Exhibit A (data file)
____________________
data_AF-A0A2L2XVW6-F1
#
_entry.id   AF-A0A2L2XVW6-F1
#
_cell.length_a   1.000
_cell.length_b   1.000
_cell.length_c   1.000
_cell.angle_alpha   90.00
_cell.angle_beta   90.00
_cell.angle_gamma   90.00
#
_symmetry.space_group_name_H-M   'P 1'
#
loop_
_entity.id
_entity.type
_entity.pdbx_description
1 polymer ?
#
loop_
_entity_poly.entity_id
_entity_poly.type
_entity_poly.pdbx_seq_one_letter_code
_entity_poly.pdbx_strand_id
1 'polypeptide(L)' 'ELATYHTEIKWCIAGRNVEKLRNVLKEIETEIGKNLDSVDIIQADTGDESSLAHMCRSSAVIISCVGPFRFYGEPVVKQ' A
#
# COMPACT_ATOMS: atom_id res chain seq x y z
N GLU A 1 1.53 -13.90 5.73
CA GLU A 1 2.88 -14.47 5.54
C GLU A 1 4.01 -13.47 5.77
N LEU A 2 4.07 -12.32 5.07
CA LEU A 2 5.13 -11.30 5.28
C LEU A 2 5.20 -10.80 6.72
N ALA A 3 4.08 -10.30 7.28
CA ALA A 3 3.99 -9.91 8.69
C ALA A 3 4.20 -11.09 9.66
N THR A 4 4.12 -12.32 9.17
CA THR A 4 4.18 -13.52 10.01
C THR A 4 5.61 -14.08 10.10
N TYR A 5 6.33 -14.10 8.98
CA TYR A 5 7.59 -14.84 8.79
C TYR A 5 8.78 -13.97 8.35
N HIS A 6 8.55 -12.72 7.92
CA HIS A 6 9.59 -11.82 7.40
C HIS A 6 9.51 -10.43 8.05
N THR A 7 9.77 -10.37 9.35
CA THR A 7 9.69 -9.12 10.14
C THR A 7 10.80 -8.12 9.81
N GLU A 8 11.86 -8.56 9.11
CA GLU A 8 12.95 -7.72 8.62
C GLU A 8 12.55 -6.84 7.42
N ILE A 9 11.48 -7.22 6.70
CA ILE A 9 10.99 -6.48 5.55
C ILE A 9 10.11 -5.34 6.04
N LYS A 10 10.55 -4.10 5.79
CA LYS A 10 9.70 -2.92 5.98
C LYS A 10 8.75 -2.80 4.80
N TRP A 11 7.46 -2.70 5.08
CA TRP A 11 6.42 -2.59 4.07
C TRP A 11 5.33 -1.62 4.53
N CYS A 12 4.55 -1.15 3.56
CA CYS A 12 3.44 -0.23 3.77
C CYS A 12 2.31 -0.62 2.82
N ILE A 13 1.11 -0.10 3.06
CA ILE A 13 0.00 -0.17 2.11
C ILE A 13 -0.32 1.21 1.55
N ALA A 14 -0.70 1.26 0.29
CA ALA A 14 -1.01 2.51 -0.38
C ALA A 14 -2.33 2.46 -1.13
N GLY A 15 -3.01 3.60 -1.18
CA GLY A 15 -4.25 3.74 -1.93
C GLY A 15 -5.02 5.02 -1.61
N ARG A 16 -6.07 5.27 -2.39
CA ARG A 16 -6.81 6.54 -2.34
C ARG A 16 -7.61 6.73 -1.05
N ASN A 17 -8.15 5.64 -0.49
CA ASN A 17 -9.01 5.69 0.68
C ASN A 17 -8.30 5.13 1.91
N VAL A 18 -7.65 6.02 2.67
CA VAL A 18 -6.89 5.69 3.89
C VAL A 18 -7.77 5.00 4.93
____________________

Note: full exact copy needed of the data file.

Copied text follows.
data_AF-A0A2L2XVW6-F1
#
_entry.id   AF-A0A2L2XVW6-F1
#
_cell.length_a   1.000
_cell.length_b   1.000
_cell.length_c   1.000
_cell.angle_alpha   90.00
_cell.angle_beta   90.00
_cell.angle_gamma   90.00
#
_symmetry.space_group_name_H-M   'P 1'
#
loop_
_entity.id
_entity.type
_entity.pdbx_description
1 polymer ?
#
loop_
_entity_poly.entity_id
_entity_poly.type
_entity_poly.pdbx_seq_one_letter_code
_entity_poly.pdbx_strand_id
1 'polypeptide(L)' 'ELATYHTEIKWCIAGRNVEKLRNVLKEIETEIGKNLDSVDIIQADTGDESSLAHMCRSSAVIISCVGPFRFYGEPVVKQ' A
#
# COMPACT_ATOMS: atom_id res chain seq x y z
N GLU A 1 1.53 -13.90 5.73
CA GLU A 1 2.88 -14.47 5.54
C GLU A 1 4.01 -13.47 5.77
N LEU A 2 4.07 -12.32 5.07
CA LEU A 2 5.13 -11.30 5.28
C LEU A 2 5.20 -10.80 6.72
N ALA A 3 4.08 -10.30 7.28
CA ALA A 3 3.99 -9.91 8.69
C ALA A 3 4.20 -11.09 9.66
N THR A 4 4.12 -12.32 9.17
CA THR A 4 4.18 -13.52 10.01
C THR A 4 5.61 -14.08 10.10
N TYR A 5 6.33 -14.10 8.98
CA TYR A 5 7.59 -14.84 8.79
C TYR A 5 8.78 -13.97 8.35
N HIS A 6 8.55 -12.72 7.92
CA HIS A 6 9.59 -11.82 7.40
C HIS A 6 9.51 -10.43 8.05
N THR A 7 9.77 -10.37 9.35
CA THR A 7 9.69 -9.12 10.14
C THR A 7 10.80 -8.12 9.81
N GLU A 8 11.86 -8.56 9.11
CA GLU A 8 12.95 -7.72 8.62
C GLU A 8 12.55 -6.84 7.42
N ILE A 9 11.48 -7.22 6.70
CA ILE A 9 10.99 -6.48 5.55
C ILE A 9 10.11 -5.34 6.04
N LYS A 10 10.55 -4.10 5.79
CA LYS A 10 9.70 -2.92 5.98
C LYS A 10 8.75 -2.80 4.80
N TRP A 11 7.46 -2.70 5.08
CA TRP A 11 6.42 -2.59 4.07
C TRP A 11 5.33 -1.62 4.53
N CYS A 12 4.55 -1.15 3.56
CA CYS A 12 3.44 -0.23 3.77
C CYS A 12 2.31 -0.62 2.82
N ILE A 13 1.11 -0.10 3.06
CA ILE A 13 0.00 -0.17 2.11
C ILE A 13 -0.32 1.21 1.55
N ALA A 14 -0.70 1.26 0.29
CA ALA A 14 -1.01 2.51 -0.38
C ALA A 14 -2.33 2.46 -1.13
N GLY A 15 -3.01 3.60 -1.18
CA GLY A 15 -4.25 3.74 -1.93
C GLY A 15 -5.02 5.02 -1.61
N ARG A 16 -6.07 5.27 -2.39
CA ARG A 16 -6.81 6.54 -2.34
C ARG A 16 -7.61 6.73 -1.05
N ASN A 17 -8.15 5.64 -0.49
CA ASN A 17 -9.01 5.69 0.68
C ASN A 17 -8.30 5.13 1.91
N VAL A 18 -7.65 6.02 2.67
CA VAL A 18 -6.89 5.69 3.89
C VAL A 18 -7.77 5.00 4.93